(Reuters) - The wildfire that raged on Thursday in Fort McMurray in the heart of the Canadian oil sands region knocked out as much as a third of Canada’s daily crude capacity and closed some pipelines.
While oil sands facilities are not in the fire’s path, several production companies and two pipeline operators have curbed activities to take precautions to move workers and others to other areas.
At least 680,000 barrels per day of capacity were offline on Thursday, according to calculations by Reuters. That does not include the unspecified reduction in Syncrude output or Suncor thermal operations, meaning the total is likely higher.
Following is a list of what oil producers and pipeline companies have said about nearby operations:
- Imperial Oil Ltd said that as a precaution, workforce levels at its Kearl oil sands mining project have been reduced to essential staff only. Production has been reduced by an unspecified amount. It said its physical plant is unaffected by the fires.
- Athabasca Oil Corp said it would shut down the Hangingstone Project and evacuate all personnel. The fire front is estimated to be within 3 miles (5 km) of the Hangingstone site. The company said it was in the process of shutting down the well sites and the central facility. On its website, the company wrote that with a production ramp-up underway, the project was expected to produce 12,000 bpd by Q4 2016
- Statoil ASA said production at its Leismer oil sands project has been cut by 50 percent to 10,000 bpd to preserve supplies of diluent, which is added to viscous oil sands bitumen so it can flow through pipelines.
- Canadian Natural Resources Ltd said there had been some operations outages at its Horizon project, but current operations are stable.
- ConocoPhillips said it had shut its 30,000 bpd Surmount operations and evacuated people and workers from the site.
- Nexen Energy, a wholly owned subsidiary of China’s CNOOC, said late on Wednesday that it was shutting its Long Lake oil sands facility.
Long Lake can produce around 50,000 bpd of synthetic crude but has been operating at reduced rates since late January, when an explosion at the plant left two employees dead.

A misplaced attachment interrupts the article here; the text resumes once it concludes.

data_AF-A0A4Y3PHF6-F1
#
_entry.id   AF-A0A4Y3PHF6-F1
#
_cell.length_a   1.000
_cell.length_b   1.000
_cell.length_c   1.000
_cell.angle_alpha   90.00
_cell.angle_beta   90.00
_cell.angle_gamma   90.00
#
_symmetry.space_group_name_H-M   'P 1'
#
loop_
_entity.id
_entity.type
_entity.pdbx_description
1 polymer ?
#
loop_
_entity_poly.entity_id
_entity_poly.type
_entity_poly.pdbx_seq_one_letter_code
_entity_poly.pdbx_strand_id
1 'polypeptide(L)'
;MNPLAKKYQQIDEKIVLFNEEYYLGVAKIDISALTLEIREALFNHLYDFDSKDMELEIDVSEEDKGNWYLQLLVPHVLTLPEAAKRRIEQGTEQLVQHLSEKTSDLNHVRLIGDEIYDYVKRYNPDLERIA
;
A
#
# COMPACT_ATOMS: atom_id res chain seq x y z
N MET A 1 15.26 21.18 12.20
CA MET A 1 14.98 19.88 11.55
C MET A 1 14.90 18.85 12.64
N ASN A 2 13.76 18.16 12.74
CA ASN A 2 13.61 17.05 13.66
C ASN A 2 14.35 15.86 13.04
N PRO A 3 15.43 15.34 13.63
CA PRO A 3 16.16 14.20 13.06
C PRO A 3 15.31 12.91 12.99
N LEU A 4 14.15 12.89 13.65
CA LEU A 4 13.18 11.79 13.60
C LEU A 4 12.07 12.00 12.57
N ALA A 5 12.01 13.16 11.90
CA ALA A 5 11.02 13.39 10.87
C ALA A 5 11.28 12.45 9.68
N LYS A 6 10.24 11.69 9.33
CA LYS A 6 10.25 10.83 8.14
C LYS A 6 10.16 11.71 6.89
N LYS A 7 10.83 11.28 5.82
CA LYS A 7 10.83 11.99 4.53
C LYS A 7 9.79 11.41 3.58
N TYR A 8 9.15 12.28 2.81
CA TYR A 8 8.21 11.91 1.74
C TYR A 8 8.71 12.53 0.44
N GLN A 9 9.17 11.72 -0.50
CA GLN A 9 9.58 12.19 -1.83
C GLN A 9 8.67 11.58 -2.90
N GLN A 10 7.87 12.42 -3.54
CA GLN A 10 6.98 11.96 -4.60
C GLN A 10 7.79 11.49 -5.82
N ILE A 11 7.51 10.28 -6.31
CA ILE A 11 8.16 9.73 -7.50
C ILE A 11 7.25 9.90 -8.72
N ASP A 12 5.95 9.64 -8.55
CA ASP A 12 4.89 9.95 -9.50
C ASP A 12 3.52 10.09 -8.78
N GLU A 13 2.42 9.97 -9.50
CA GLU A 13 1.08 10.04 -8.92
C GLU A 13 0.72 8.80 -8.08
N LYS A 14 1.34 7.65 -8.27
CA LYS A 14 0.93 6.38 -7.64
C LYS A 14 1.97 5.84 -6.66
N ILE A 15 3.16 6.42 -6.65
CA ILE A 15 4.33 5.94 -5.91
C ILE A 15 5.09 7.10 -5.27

- Suncor Energy Inc, whose oil sands operations are closest to the city, has closed its main mining site, which can produce up to 350,000 bpd.
Before the shutdown, the site was operating at reduced levels because of a turnaround there.
Due to the reduced availability of diluent in the region, the company said its thermal oil sands operations, including the Syncrude facilities, are all working at reduced rates.
It said its main plant 25 km (16 miles) to the north was safe.
- Royal Dutch Shell Plc said it had closed its Muskeg River and Jackpine oil sands mines, whose combined capacity is 255,000 bpd.
- Husky Energy said it had cut production at its Sunrise oil sands project to 10,000 bpd from 30,000 bpd after a pipeline that supplies the project with diluent was shut down.
- Connacher Oil and Gas Ltd said on Thursday morning it was bringing its Great Divide production back up to 8,000 bpd, after cutting it to 4,000 bpd on Wednesday.
Great Divide is 80 km south of the city, and produced 14,000 bpd in the fourth quarter.
- The Syncrude oil sands project, owned by a consortium of companies including Suncor, said it was reducing operations to help support employees affected by the fire. Syncrude has 2,000 evacuees staying at its camp.
- The following oil sands companies with operations in the region said they were not affected: Cenovus Energy; MEG Energy; and Japan Canada Oil Sands Ltd.
- Enbridge Inc said it shut all pipelines in and out of Cheecham Terminal on Wednesday evening.
The Cheecham facility was evacuated and the Athabasca Terminal reduced to a minimum staff for safety reasons. Line 19 south of Kirby Lake continues to operate, it added.
- Midstream energy company Keyera Corp said its South Cheecham rail and truck terminal, 75 km (47 miles) south of Fort McMurray, has been evacuated and shut down.
South Cheecham is a joint venture between Keyera Corp and Enbridge.
- Inter Pipeline Ltd said on Thursday it has reopened its Polaris diluent pipeline to the Fort McMurray area and is ready to reopen its Corridor pipeline system that serves Shell’s oil sands facilities when that operation reopens.
No pipeline assets incurred significant damage as a result of the wildfires.
- TransCanada Corp said it does not expect the wildfire to affect deliveries of natural gas. The nearest pipeline is about 20 km west of the current wildfire.
Reporting by Nia Williams in Calgary and Euan Rocha and Jeffrey Hodgson in Toronto; Compiled by David Gaffen and Josephine Mason in New York; Editing by Diane Craft and Cynthia Osterman